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David Nicklaus is a business columnist for the St. Louis Post-Dispatch.

Thomas F. Eagleton federal courthouse in downtown St. Louis

The Thomas F. Eagleton federal courthouse in downtown St. Louis.

The 1991 collapse of Popkin & Stern may be a distant memory, but the onetime Clayton law firm lives on in U.S. Bankruptcy Court at least until Wednesday.

That’s when a hearing is scheduled to terminate the firm’s liquidating trust. Trustee Robert Blackwell, an O’Fallon, Missouri, attorney, plans one last distribution of $36,705 to the law firm’s unsecured creditors, who will ultimately have collected about 55 percent of the $2.5 million the court said they were owed.

Then, according to a court filing, Blackwell will spend $9,340 to wind down the trust, pay himself a final commission of $1,135 and close Popkin & Stern’s books for good.

It’s a low-key final act for a case that produced high drama almost from the day in March 1992 when creditors forced the defunct firm into bankruptcy.

There was a 12-hour court session when 40 former partners, each of whom could have been held liable for the firm’s debts, agreed to make payments toward a settlement with creditors. One partner’s 3,000-bottle wine collection had to be auctioned off.

Ronald Lurie, the firm’s former managing partner, was convicted of perjury and sent to prison after lying to a judge about the proceeds from the sale of a house. At least five sets of litigation followed as the trustee sought to track down and seize Lurie’s assets, with some cases lasting for years and going to federal appeals court.

One dispute involved a $200,000 painting called “Apache Renegades.” Lurie’s wife and sons wanted some money from the painting’s sale, but the appellate court turned them down in 2003.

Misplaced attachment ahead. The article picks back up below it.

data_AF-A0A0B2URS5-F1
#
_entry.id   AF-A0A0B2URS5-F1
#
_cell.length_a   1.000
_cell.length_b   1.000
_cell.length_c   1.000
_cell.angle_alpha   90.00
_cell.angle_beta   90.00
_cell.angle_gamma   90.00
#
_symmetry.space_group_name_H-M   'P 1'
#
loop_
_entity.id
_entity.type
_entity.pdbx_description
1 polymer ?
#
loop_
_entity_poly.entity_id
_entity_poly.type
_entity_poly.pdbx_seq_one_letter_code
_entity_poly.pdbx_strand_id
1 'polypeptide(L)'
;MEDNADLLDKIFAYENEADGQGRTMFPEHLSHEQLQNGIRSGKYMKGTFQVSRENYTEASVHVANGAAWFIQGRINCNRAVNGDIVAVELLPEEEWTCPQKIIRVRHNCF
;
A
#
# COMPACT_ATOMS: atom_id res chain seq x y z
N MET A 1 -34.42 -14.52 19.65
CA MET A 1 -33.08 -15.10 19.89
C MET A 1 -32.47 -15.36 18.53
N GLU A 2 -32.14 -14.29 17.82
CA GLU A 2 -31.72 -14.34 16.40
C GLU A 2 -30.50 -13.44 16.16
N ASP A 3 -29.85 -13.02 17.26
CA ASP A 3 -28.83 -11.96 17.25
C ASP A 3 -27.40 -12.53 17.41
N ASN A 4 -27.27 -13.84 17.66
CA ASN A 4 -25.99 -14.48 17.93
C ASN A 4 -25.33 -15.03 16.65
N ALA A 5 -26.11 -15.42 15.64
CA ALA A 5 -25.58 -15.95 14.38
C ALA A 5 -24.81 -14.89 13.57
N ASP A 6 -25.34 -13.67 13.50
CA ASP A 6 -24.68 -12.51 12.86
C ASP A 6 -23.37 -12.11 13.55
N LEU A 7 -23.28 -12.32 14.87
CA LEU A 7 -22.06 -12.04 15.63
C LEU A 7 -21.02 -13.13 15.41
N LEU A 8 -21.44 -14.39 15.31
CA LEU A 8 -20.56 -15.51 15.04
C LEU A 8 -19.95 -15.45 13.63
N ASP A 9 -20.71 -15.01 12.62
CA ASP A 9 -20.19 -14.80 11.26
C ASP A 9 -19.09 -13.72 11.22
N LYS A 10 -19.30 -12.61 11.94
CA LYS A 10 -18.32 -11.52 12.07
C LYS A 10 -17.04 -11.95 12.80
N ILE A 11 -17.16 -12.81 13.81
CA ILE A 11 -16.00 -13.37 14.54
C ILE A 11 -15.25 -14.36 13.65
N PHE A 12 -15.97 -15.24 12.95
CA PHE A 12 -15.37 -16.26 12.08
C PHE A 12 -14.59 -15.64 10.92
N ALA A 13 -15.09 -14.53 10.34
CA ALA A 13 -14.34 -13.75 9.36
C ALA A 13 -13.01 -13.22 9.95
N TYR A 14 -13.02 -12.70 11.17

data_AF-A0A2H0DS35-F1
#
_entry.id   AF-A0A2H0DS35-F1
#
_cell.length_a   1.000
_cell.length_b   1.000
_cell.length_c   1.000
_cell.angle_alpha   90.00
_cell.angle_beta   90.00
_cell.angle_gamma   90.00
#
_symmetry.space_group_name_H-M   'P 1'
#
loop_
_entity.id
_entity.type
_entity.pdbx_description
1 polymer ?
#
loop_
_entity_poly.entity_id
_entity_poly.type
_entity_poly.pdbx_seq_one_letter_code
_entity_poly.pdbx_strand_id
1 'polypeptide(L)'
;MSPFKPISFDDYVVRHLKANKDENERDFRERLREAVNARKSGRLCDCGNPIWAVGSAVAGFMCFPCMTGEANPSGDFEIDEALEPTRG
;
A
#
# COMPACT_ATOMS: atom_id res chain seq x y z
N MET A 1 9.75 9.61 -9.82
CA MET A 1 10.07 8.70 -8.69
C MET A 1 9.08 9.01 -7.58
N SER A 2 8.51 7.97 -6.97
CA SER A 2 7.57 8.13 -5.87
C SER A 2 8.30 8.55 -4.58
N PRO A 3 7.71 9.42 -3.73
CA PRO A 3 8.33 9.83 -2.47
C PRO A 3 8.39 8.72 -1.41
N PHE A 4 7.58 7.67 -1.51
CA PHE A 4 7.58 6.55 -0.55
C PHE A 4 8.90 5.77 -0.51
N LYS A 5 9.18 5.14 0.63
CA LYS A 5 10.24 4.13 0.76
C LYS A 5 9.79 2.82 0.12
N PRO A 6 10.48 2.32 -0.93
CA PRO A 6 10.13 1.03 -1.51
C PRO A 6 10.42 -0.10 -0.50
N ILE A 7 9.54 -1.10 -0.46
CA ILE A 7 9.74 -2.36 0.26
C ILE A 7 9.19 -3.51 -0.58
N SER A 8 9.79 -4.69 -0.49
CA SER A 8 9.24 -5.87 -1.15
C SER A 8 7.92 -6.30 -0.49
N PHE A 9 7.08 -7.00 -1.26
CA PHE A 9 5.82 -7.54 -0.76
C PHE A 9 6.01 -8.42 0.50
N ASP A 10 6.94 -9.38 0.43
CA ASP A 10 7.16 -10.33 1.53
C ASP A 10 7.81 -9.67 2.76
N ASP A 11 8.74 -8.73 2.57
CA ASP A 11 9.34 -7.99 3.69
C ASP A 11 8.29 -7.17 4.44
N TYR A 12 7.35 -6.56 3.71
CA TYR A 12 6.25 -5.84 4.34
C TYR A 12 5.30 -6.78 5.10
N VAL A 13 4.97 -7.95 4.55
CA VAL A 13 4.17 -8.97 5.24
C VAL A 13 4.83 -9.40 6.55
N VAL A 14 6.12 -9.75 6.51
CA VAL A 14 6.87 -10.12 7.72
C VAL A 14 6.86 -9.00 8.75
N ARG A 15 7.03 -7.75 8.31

The court docket shows no big disputes in recent years. After the bankruptcy case was administratively closed in 2004, the trust made a series of payments to creditors, the most recent of which was for $29,879 in 2009.

Blackwell did not return calls seeking comment on the case.

Wendi Alper-Pressman, who filed the involuntary bankruptcy petition on behalf of creditors in 1992, said she thought the litigation with Lurie was the main reason why the case took so long to resolve.

“In the best of all worlds, this would have taken six or seven years,” she said. “Why it took 27 years, I can’t tell you, but this would have to be up there with the longest cases.”

Spencer Desai, another attorney who was involved in the case’s early years, can’t remember any other case of similar duration.

“In this district, to my knowledge it’s the longest,” he said. “I don’t think anyone anticipated it would stretch out this long.”

Law firm bankruptcies tend to last longer than other cases, Washington University law professor Dan Keating says. The concept of joint and several liability can mean fights with partners over assets, and the firm itself can claim income from unresolved cases.

Still, 27 years is extraordinary. “Law firm assets are the kind of thing that it might take awhile to collect,” Keating says. “That explains the first 10 years of the case but it doesn’t really explain the next 15. At some point in time, maybe there just wasn’t much money there and nobody cared.”

Of all the courtroom drama, the happiest moment may have been during the long partner-liability hearing in 1993. Norman Pressman, a former Popkin & Stern partner, stepped to the lectern and asked Wendi Alper, the creditors’ attorney, to marry him.

She said yes. Someday soon, they may finally be able to say their marriage has lasted longer than the case that included their engagement.

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